As a craftsman and trader, he offers “quality knives”. What idea lies behind the blade of the craftsman “Ubukeya” and what connection does the owner have with his accessory?
Ubukeya has been a specialized store for the manufacture and sale of knives since 1783. The "Ubukeya" brand is loved by its customers, who say that the blades produced since the first generation, Kinosuke, are very effective for "shaving" (knife, razor), cutting (scissors) and removing hair (depilation). There are still many lovers of Ubukeya’s products today, but what is it that keeps Ubukeya's reputation intact?
Manual labor and tranquility are two sides of the same coin. Added to that, craftsmen have always had a special way of treating their customers.
We are used to mass producing, consuming and throwing away items that are cheap. However, many people still use Ubekeya knives out of love. I asked him what made them so appealing: “Ubukeya knives are inspected by hand and adjusted according to the user. In addition, although this is unusual in the cutlery business, we also repair items that customers purchased elsewhere. This has motivated new purchases and strengthened the bond with consumers. Handmade items are not always the best choice and if another product suits the user, I think it’s a good thing that he gets it, but one of the added values of the craftsman is precisely his “connection with customers”.
Many valuable carvings are inherited from the Edo period. The soul of the craftsmen who are attached to the manufacture is still alive.
A meeting for the exhibition “EDO TOKYO RETHINK”. The respect of the material is the same for the master as for Tatehana.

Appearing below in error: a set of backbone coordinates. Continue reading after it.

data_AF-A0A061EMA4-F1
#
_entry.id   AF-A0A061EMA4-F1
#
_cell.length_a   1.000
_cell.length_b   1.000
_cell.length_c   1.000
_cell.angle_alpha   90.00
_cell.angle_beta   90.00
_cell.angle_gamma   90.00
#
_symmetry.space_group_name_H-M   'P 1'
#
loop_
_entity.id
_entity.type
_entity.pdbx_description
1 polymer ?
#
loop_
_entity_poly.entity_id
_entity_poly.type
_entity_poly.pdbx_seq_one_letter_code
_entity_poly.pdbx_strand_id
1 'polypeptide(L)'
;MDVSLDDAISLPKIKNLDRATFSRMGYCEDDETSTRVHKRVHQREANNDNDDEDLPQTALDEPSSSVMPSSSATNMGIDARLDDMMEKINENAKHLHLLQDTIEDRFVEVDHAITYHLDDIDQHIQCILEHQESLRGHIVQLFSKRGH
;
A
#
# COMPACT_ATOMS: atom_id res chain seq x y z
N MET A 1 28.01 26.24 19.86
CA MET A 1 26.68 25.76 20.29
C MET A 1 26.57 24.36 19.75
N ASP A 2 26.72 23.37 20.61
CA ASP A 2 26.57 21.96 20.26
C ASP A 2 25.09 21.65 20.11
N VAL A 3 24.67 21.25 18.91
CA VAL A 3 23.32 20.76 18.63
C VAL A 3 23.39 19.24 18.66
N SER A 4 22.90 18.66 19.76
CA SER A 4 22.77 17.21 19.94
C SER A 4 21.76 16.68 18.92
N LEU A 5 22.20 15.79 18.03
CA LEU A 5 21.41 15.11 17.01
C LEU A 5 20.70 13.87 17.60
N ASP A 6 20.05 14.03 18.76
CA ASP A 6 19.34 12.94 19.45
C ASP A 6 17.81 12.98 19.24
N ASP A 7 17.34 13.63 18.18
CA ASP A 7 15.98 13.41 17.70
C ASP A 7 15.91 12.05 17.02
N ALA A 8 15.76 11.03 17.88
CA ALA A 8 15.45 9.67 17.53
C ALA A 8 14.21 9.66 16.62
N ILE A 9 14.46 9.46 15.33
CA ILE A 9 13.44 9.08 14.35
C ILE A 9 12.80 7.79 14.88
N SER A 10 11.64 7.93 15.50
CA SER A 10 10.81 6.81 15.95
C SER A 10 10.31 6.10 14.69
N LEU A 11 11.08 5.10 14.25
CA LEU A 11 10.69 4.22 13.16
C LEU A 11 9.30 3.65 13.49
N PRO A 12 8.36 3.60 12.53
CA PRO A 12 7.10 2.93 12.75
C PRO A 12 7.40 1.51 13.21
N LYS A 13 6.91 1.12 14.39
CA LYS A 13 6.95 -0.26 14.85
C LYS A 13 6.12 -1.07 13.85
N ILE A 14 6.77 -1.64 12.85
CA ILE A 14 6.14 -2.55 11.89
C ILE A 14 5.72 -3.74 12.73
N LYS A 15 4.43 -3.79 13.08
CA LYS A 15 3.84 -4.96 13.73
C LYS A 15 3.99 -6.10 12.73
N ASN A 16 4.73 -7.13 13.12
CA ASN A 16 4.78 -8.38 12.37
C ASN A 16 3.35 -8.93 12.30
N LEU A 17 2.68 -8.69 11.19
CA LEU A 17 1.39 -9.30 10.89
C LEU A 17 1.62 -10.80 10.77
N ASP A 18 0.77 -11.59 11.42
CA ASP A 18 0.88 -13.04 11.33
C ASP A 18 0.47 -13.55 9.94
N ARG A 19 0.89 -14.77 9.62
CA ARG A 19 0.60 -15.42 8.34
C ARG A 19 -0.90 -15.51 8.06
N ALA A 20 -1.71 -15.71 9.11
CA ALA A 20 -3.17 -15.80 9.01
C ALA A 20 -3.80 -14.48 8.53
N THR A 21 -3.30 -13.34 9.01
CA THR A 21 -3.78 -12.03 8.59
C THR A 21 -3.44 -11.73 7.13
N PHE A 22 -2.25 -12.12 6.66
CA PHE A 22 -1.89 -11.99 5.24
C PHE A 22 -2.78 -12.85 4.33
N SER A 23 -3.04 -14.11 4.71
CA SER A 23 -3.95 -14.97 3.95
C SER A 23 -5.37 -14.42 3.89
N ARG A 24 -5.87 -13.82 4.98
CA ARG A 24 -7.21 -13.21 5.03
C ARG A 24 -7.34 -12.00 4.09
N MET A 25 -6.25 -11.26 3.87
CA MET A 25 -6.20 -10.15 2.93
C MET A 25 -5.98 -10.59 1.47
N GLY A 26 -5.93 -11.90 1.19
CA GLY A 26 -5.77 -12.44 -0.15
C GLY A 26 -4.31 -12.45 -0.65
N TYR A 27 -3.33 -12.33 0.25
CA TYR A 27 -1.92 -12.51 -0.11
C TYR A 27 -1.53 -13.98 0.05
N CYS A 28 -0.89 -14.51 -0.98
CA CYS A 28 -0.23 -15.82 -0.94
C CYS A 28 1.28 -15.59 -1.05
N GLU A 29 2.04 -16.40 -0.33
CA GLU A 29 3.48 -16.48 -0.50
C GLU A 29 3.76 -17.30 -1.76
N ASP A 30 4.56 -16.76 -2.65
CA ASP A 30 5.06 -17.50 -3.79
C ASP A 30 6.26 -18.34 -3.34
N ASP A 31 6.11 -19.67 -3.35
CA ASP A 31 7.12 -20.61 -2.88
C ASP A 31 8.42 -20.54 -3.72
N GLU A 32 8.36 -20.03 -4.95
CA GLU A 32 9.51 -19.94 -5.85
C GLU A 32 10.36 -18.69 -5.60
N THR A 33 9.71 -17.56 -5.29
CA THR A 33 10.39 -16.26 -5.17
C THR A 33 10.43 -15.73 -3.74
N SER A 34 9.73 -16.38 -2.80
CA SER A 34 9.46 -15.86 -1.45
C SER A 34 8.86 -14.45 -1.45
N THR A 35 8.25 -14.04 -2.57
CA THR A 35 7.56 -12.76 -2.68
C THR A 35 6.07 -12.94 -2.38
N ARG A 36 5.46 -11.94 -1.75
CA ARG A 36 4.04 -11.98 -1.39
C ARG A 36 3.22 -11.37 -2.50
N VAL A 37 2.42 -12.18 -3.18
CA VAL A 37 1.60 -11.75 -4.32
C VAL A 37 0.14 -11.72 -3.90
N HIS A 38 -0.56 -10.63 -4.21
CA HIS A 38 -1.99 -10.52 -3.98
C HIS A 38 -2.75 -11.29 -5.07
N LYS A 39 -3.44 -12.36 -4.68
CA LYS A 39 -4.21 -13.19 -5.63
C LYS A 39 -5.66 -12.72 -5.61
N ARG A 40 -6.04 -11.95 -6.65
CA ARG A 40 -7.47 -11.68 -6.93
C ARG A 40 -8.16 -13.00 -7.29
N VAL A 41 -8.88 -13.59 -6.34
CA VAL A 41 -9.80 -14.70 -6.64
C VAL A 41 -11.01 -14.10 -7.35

Originally, craftsmanship was the norm when it came to cutlery, but since the Second World War, the evolution of trade has separated artisans and traders. However, “Ubukeya” says: “We have established a shop in a long-term manner and allowed skilled craftsmen to make knives and other tools and sell quality products. Such a belief is one of the charms of the “Ubukeya” company and this partly explains why its popularity has not declined until today. In this exhibition, there will be many valued knives that will give you a glimpse of the craftsmanship of the time, as well as tools that will give you an idea of the connection they create between people. If you are receptive, you will surely appreciate the charm of Ubukeya’s knives and you will want to visit the Ubukeya Knife Shop.
As soon as you enter the store, there is a workshop. It is carefully adapted to meet the needs of each customer.
Ubukeya knives are loved by the whole family and are passed down from generation to generation.
A touch of Japanese culture and style: a tool is maintained and used with care. Nowadays, I think many people are receptive to this way of thinking. The owner of Ubukeya says, “I use the same tools for many years. Especially when I use a kitchen knife, I use it from morning to night, as soon as I have a use for it. When the blade becomes less effective, I sharpen it or change its use. A knife that no longer has the same capacity can be used for peeling, for example. In that case, its life span will then be increased to 5 and 10 years. Cutting scissors -that are used less frequently- can be passed on from grandparents to grandchildren. And they will often become more pointed. If they reach the third or fourth generation, we are talking about very impressive items. At a time when opportunities to meet the producers are scarce, direct contact with the craftsmen and discussions with other customers in which you can participate, such as the ones with Ubukeya, can be an important factor in re-connecting with our objects. Indeed, the “knife” of “Ubukeya” conveys this “connection with the artisans” and a certain “vision” of craftsmanship. Keep up to date with the activities of Ubukeya, which produces fine Japanese knives.
Photo by Satomi Yamauchi